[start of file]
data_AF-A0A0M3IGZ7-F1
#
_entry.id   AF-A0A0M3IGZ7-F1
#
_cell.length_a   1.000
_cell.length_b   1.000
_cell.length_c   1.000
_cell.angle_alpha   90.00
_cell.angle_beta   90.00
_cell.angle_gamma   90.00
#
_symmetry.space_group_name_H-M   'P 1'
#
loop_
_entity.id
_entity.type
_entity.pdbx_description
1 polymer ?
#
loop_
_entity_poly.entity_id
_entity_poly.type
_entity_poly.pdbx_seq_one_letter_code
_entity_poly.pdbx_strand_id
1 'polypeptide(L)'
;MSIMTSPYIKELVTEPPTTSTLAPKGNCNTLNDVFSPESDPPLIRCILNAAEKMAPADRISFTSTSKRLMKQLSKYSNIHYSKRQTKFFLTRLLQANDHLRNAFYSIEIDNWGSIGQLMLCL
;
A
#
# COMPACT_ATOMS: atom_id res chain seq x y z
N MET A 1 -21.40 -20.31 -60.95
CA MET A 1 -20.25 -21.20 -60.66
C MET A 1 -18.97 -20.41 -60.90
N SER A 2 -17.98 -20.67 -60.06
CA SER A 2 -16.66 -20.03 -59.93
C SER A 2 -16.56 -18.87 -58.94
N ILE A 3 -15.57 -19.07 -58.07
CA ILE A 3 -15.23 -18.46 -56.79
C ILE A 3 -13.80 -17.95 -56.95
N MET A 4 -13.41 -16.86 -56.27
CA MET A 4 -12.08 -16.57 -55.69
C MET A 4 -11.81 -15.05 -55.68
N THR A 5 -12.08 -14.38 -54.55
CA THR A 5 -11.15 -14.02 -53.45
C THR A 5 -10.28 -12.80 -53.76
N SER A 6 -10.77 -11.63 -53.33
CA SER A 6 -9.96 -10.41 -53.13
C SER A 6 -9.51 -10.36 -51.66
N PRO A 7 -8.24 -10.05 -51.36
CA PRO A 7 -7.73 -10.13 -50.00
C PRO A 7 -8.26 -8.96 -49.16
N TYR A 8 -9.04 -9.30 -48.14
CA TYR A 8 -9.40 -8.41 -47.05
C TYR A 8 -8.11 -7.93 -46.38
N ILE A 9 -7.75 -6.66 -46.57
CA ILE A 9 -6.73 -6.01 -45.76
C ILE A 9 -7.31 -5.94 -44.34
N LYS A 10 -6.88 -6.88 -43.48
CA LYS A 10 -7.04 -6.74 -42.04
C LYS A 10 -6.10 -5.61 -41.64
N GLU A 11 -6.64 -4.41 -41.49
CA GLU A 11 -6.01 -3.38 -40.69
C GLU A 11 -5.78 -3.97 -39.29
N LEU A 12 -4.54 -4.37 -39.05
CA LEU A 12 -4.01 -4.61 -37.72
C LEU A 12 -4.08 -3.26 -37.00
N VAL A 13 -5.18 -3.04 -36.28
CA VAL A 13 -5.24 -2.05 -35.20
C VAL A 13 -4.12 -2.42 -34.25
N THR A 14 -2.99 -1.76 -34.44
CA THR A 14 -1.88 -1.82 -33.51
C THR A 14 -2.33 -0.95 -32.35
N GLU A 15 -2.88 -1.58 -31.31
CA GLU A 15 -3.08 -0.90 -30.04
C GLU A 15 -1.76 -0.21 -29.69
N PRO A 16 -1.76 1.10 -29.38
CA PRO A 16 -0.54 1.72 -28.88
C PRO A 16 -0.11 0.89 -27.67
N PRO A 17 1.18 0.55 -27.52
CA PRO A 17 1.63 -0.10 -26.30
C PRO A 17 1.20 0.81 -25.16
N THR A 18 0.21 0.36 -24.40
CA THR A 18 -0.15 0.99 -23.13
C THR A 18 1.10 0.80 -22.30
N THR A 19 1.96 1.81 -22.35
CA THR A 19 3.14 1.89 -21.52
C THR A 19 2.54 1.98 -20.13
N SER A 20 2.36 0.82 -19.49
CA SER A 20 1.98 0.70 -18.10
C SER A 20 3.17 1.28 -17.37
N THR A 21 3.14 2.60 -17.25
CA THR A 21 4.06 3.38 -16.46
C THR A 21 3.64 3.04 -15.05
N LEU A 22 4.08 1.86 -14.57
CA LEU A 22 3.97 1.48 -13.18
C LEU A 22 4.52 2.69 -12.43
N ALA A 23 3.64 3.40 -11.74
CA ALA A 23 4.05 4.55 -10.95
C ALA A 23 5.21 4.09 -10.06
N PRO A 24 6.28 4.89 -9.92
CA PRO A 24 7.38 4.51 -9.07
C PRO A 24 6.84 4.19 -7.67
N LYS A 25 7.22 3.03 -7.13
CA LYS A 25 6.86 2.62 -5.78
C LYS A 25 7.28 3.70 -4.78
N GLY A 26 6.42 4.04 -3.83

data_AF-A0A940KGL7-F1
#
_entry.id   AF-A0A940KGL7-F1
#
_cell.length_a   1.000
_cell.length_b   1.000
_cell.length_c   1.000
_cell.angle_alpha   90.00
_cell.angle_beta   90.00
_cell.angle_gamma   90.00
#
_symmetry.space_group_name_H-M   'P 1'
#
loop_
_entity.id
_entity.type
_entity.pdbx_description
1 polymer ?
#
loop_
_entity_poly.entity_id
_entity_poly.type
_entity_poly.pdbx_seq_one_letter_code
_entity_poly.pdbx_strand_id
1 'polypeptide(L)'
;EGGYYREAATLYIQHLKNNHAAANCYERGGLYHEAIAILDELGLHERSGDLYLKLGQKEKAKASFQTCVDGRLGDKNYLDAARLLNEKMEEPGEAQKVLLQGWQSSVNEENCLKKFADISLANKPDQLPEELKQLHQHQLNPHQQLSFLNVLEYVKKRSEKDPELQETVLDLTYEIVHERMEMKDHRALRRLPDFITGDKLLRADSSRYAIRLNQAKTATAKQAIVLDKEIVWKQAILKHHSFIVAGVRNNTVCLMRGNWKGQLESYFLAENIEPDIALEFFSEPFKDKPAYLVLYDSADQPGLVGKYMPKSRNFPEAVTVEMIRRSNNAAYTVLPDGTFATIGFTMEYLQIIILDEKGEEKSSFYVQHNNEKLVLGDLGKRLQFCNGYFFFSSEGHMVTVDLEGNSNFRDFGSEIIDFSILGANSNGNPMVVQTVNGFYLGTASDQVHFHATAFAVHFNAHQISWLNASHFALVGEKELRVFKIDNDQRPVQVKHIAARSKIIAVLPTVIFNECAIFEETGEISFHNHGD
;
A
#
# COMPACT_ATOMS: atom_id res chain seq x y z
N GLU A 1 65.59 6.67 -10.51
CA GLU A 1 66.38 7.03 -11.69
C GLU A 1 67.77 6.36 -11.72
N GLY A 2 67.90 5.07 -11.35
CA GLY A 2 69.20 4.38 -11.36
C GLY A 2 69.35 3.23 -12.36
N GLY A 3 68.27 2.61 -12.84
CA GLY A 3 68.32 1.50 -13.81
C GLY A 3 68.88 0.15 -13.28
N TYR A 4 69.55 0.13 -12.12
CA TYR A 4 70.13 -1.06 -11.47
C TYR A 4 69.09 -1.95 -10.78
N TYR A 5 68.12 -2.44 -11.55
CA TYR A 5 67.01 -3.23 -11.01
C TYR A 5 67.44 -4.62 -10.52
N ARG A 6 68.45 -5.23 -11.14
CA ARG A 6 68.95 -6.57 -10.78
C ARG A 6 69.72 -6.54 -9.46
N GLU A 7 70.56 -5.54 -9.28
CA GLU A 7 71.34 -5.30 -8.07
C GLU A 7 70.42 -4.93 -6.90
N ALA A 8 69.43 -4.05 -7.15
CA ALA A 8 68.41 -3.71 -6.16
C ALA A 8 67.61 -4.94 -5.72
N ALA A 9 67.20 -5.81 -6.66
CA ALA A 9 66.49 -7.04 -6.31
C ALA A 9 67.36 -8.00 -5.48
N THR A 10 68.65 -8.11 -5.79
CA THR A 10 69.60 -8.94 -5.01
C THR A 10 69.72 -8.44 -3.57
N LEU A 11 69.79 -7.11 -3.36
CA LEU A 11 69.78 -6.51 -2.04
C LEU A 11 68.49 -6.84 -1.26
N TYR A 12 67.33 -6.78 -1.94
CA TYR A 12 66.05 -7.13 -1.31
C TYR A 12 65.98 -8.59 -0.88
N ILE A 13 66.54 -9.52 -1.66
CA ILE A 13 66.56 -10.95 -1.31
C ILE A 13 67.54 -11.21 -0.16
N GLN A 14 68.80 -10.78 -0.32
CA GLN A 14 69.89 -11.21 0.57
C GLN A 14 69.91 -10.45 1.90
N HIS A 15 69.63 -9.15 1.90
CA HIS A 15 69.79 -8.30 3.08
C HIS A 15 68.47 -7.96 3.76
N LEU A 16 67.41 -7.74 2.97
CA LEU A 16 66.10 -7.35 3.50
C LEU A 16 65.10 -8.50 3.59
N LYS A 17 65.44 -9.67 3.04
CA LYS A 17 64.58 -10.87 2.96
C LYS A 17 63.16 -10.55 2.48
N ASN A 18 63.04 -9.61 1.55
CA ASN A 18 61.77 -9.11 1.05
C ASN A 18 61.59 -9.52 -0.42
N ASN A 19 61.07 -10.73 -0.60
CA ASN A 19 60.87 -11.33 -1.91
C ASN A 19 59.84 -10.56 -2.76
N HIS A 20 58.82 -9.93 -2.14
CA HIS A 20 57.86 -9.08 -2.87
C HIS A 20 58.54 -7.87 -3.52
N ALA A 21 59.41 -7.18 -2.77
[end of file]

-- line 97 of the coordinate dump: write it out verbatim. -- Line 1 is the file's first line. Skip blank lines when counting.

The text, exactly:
N ALA A 23 3.64 3.40 -11.74